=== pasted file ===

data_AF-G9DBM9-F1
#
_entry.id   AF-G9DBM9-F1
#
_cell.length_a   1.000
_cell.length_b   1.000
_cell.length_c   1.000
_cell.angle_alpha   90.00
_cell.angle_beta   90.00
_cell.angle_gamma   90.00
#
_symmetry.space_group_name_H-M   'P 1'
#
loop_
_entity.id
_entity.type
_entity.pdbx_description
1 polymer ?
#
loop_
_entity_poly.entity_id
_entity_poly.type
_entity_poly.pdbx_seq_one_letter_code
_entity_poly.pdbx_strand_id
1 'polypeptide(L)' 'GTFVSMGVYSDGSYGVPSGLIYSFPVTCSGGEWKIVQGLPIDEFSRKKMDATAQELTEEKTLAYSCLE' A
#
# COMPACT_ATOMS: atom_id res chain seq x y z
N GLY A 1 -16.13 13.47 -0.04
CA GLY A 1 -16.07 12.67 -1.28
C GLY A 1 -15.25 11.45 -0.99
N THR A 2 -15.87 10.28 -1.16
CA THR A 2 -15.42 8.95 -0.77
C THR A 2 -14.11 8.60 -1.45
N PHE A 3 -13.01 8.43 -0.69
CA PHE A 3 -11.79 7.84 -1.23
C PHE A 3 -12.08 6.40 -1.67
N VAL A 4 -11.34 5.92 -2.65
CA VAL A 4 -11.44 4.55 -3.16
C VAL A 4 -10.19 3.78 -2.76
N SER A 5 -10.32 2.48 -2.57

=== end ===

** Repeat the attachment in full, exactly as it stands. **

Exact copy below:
data_AF-G9DBM9-F1
#
_entry.id   AF-G9DBM9-F1
#
_cell.length_a   1.000
_cell.length_b   1.000
_cell.length_c   1.000
_cell.angle_alpha   90.00
_cell.angle_beta   90.00
_cell.angle_gamma   90.00
#
_symmetry.space_group_name_H-M   'P 1'
#
loop_
_entity.id
_entity.type
_entity.pdbx_description
1 polymer ?
#
loop_
_entity_poly.entity_id
_entity_poly.type
_entity_poly.pdbx_seq_one_letter_code
_entity_poly.pdbx_strand_id
1 'polypeptide(L)' 'GTFVSMGVYSDGSYGVPSGLIYSFPVTCSGGEWKIVQGLPIDEFSRKKMDATAQELTEEKTLAYSCLE' A
#
# COMPACT_ATOMS: atom_id res chain seq x y z
N GLY A 1 -16.13 13.47 -0.04
CA GLY A 1 -16.07 12.67 -1.28
C GLY A 1 -15.25 11.45 -0.99
N THR A 2 -15.87 10.28 -1.16
CA THR A 2 -15.42 8.95 -0.77
C THR A 2 -14.11 8.60 -1.45
N PHE A 3 -13.01 8.43 -0.69
CA PHE A 3 -11.79 7.84 -1.23
C PHE A 3 -12.08 6.40 -1.67
N VAL A 4 -11.34 5.92 -2.65
CA VAL A 4 -11.44 4.55 -3.16
C VAL A 4 -10.19 3.78 -2.76
N SER A 5 -10.32 2.48 -2.57